Since soon after Cyclone Gabrielle struck Aotearoa New Zealand between 12-16 February 2023, Anglican churches and trusts, marae, hapu and iwi with strong Mihinare ties have quickly pivoted to care for communities hurting from the storm.
First in Te Tai Tokerau and Auckland, then on the East Coast in Tairāwhiti and across Kahungungu rohe in Hawke’s Bay, Pihopatanga and diocesan staff soon discovered Cyclone flooding, extreme force winds and landslips had caused widespread damage to homes, farms, marae, churches, businesses, transport links and infrastructure, leaving many whānau stranded, displaced or homeless.
Eleven people lost their lives in the terrifying events of Cyclone Gabrielle, and across the affected regions, hundreds of people lost their homes, belongings and livelihoods overnight.
The scale of destruction put the East Coast regions’ needs well beyond the resources of the church, yet straight away, even with Civil Defence, Emergency Services, and the Armed Forces out in numbers, our people on the ground could see not everyone was receiving help.
As Gisborne came back online on 23 February, Archbishop Don Tamihere told the Church’s ‘Hāpaitia’ Cyclone Response Group that Mihinare (Māori Anglican) ministry along the storm-hit East Coast was already having a strong impact as part of broader iwi responses.
He reported shocking news that the Esk Valley-based Hukarere Anglican Girls’ School had been completely subsumed by floodwaters and half-buried in silt. Thankfully, everyone on site at the school had got out unharmed – due to the decisive actions of boarding hostel manager Amelia Kaui, staff and students who evacuated early and according to plan.
Meanwhile in Omahu near Hastings, two Kahungungu hapu – Ngāti Hinemanu and Ngāi Te Ūpokoiri – saw the Ngaruroro River burst across their neighbourhood, flooding dozens of homes, their marae and historic Hoani Tapu - St John’s Anglican Church.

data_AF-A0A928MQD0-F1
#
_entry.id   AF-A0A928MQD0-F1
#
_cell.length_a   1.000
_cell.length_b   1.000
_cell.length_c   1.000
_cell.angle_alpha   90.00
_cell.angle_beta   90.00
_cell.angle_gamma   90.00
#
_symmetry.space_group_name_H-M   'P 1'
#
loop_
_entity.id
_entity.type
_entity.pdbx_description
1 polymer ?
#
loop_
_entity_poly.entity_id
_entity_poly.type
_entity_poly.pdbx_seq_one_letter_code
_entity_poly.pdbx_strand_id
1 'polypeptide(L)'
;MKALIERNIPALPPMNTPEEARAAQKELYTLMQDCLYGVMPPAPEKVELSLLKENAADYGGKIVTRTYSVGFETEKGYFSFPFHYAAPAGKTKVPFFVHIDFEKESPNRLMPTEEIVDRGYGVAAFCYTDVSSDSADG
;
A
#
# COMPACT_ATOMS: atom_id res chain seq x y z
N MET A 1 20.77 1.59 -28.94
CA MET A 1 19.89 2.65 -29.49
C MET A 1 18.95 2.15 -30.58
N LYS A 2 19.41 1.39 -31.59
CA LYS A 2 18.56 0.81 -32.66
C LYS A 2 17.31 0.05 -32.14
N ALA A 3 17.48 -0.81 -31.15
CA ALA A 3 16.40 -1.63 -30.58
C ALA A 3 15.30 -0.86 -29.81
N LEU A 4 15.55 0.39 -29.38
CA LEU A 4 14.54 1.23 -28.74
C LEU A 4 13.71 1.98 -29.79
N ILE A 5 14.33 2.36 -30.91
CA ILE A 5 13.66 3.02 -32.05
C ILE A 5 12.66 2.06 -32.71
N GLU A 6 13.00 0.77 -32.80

As the floodwaters receded, the Omahu community were shocked to discover unearthed koiwi – ancestors and loved ones’ bones, which had been washed from their resting places in St John’s urupa (cemetery).
Situations like that unfolding at Omahu, or news that homes, schools, churches, marae and taonga of priceless spiritual value had been destroyed, convinced Hāpaitia that the Church’s first response must be spiritual (wairua), as well as pastoral, physical (tinana) and financial (pūtea).
“It is hard to express how distressing it is for people to come to their marae and see this much destruction, or come to their urupa and find this shocking thing has happened.” said Rev Dr Hirini Kaa soon after the floods.
“People are looking for spiritual resources, and they are turning to us. We need to put our resources into karakia and whakapono in this response.”
While the Church worked to respond to people’s needs on the ground, it soon became clear that marae were carrying a heavy load of support for communities, especially in places like Omahu where other agencies were not turning up.
Early on, Anglican Missions’ Michael Hartfield and Diocese of Polynesia disaster response expert Fe'iloakitau Tevi advised Hāpaitia that the Church’s best use of resources would be to look for the “gaps” in official services’ work.
So Hāpaitia tasked Mihinare and Anglicans in the worst-affected areas to find where trusted church and iwi social service agencies were already meeting people’s urgent needs.
Funds to back the Church’s response came from St John’s College Trust Board via Hāpaitia member Grant Hope, who shared their pledge of $250,000 for immediate Cyclone response.
Lucy Laitinen from the Waiapu Anglican Social Services Board added her Board’s promise of emergency grants, which by May 2023 had totalled more than $130,000 in direct assistance to churches and marae, as well as church, community and iwi-based social service organisations.
Meanwhile in Auckland and the far North, through the Auckland City Mission, Pihopatanga o Te Tai Tokerau and the Selwyn Foundation Anglicans were able to mobilise over $400,000 in pūtea to help locals respond to the two major extreme weather events in the region.
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Now that the emergency phase is past, a further $380,000 raised in the Anglican Missions’ hosted Cyclone Gabrielle Appeal is going out to fund medium and long term Cyclone-related projects.
To date $90,000 of the Anglican Missions’ hosted Cyclone Gabrielle Appeal funds have been granted to Mihinare or Anglican-connected projects across the North and East of the North Island, mostly as $10K grants.
We’ll be sharing stories from those projects soon.
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